Many lawsuits are still working their way through the judicial system; three cases are pending at federal appellate courts. Of the two that address substantive matters, oral arguments seemed to reveal skepticism of the university’s position. On July 26, a three-judge panel of the First Circuit considered a case at Boston College, where the accused student plausibly argued that someone else had committed the sexual assault (which occurred on a poorly lit dance floor). Judges Bruce Selya and William Kayatta seemed troubled that a Boston College dean had improperly intruded on the hearing board’s deliberations. At the Sixth Circuit a few days later, Judges Richard Griffin and Amul Thapar both expressed concerns about the University of Cincinnati’s downplaying the importance of cross-examination in campus-sex adjudications. Judge Eric Clay was quieter, but he wondered about the tension between the university’s Title IX and truth-seeking obligations.
In a perfect world, academic leaders themselves would have created fairer processes without judicial intervention. But in the current campus environment, such an approach is impossible. So, at least for the short term, the courts remain the best, albeit imperfect, option for students wrongly accused of sexual assault. Meanwhile, every year, young men entrust themselves and their family’s money to institutions of higher learning that are indifferent to their rights and unconcerned with the injustices to which these students might be subjected.
1 After a district court placed that finding on hold, the university appealed to the Sixth Circuit.
Review of 'Terror in France' By Gilles Kepel
Kepel is particularly knowledgeable about the history and process of radicalization that takes place in his nation’s heavily Muslim banlieues (the depressed housing projects ringing Paris and other major cities), and Terror in France is informed by decades of fieldwork in these volatile locales. What we have been witnessing for more than a decade, Kepel argues, is the “third wave” of global jihadism, which is not so much a top-down doctrinally inspired campaign (as were the 9/11 attacks, directed from afar by the oracular figure of Osama bin Laden) but a bottom-up insurgency with an “enclave-based ethnic-racial logic of violence” to it. Kepel traces the phenomenon back to 2005, a convulsive year that saw the second-generation descendants of France’s postcolonial Muslim immigrants confront a changing socio-political landscape.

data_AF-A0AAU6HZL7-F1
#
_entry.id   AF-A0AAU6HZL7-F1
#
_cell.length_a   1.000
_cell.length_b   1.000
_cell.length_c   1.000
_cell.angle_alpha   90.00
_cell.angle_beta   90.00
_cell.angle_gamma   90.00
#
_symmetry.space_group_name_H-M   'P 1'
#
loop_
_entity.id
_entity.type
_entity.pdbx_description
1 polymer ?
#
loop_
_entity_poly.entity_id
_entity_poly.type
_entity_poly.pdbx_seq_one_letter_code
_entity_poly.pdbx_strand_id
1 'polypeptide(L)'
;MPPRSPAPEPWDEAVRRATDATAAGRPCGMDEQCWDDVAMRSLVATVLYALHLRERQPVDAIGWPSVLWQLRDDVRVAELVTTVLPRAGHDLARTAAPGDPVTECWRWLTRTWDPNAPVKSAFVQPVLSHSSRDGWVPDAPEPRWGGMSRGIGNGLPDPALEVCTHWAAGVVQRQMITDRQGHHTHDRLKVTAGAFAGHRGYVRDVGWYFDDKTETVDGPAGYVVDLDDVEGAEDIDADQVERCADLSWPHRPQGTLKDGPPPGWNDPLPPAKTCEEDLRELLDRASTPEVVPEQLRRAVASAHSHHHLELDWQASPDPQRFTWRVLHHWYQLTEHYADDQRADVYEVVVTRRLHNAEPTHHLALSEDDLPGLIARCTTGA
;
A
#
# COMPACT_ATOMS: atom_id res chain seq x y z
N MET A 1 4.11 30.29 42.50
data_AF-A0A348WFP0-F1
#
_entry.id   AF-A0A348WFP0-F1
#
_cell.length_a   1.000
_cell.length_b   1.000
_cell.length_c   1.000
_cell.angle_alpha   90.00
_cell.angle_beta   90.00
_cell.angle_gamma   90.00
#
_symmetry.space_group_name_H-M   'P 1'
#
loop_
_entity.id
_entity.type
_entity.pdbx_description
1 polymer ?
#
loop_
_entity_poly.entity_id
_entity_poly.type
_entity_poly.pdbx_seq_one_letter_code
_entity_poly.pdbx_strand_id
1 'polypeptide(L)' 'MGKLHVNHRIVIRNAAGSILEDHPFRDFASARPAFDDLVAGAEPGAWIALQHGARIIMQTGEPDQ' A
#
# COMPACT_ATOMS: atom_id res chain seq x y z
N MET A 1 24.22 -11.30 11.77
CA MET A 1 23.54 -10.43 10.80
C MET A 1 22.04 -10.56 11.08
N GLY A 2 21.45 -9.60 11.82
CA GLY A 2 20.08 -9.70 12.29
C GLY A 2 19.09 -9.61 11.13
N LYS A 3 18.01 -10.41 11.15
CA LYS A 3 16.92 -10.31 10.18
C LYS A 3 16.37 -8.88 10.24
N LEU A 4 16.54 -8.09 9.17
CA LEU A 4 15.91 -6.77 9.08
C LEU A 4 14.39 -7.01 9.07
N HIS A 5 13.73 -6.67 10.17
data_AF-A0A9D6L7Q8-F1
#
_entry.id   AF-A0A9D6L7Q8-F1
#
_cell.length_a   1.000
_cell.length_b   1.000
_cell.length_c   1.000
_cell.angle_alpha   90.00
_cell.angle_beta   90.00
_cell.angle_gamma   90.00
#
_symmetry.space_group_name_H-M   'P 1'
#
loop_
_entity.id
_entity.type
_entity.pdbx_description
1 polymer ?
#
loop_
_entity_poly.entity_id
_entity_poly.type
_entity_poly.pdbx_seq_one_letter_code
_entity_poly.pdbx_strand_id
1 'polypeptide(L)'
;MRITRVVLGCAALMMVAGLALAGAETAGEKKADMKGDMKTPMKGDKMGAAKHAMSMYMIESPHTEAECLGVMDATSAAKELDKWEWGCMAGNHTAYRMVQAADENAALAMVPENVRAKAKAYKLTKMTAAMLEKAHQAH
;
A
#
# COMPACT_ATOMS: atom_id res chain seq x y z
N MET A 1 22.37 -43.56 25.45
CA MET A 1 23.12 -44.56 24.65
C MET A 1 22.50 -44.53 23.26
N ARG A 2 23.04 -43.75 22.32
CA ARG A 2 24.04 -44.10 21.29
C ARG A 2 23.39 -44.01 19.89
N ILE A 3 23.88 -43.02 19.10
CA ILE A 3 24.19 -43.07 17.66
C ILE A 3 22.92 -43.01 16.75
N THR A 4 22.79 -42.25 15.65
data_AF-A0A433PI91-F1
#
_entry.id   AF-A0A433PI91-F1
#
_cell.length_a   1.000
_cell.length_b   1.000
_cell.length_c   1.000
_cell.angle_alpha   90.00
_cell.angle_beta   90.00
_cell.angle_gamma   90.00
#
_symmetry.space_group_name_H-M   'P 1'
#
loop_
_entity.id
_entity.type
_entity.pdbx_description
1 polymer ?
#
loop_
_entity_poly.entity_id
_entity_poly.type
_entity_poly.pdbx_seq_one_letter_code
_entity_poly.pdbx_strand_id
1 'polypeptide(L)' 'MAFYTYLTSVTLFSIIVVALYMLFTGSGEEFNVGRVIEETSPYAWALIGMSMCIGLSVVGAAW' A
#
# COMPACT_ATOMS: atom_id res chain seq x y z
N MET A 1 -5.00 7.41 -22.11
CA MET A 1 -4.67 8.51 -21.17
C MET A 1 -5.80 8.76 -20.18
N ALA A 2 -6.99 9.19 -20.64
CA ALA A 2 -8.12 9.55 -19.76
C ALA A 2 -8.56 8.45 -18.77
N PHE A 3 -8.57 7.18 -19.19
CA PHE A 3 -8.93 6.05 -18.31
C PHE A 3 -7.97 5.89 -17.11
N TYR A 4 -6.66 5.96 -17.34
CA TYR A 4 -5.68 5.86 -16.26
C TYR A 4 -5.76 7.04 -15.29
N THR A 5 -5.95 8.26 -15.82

That was the year of the greatest riots in modern French history, involving mostly young Muslim men. It was also the year that Abu Musab al-Suri, the Syrian-born Islamist then serving as al-Qaeda’s operations chief in Europe, published The Global Islamic Resistance Call. This 1,600-page manifesto combined pious imprecations against the West with do-it-yourself ingenuity, an Anarchist’s Cookbook for the Islamist set. In Kepel’s words, the manifesto preached a “jihadism of proximity,” the brand of civil war later adopted by the Islamic State. It called for ceaseless, mass-casualty attacks in Western cities—attacks which increase suspicion and regulation of Muslims and, in turn, drive those Muslims into the arms of violent extremists.
The third-generation jihad has been assisted by two phenomena: social-networking sites that easily and widely disseminate Islamist propaganda (thus increasing the rate of self-radicalization) and the so-called Arab Spring, which led to state collapse in Syria and Libya, providing “an exceptional site for military training and propaganda only a few hours’ flight from Europe, and at a very low cost.”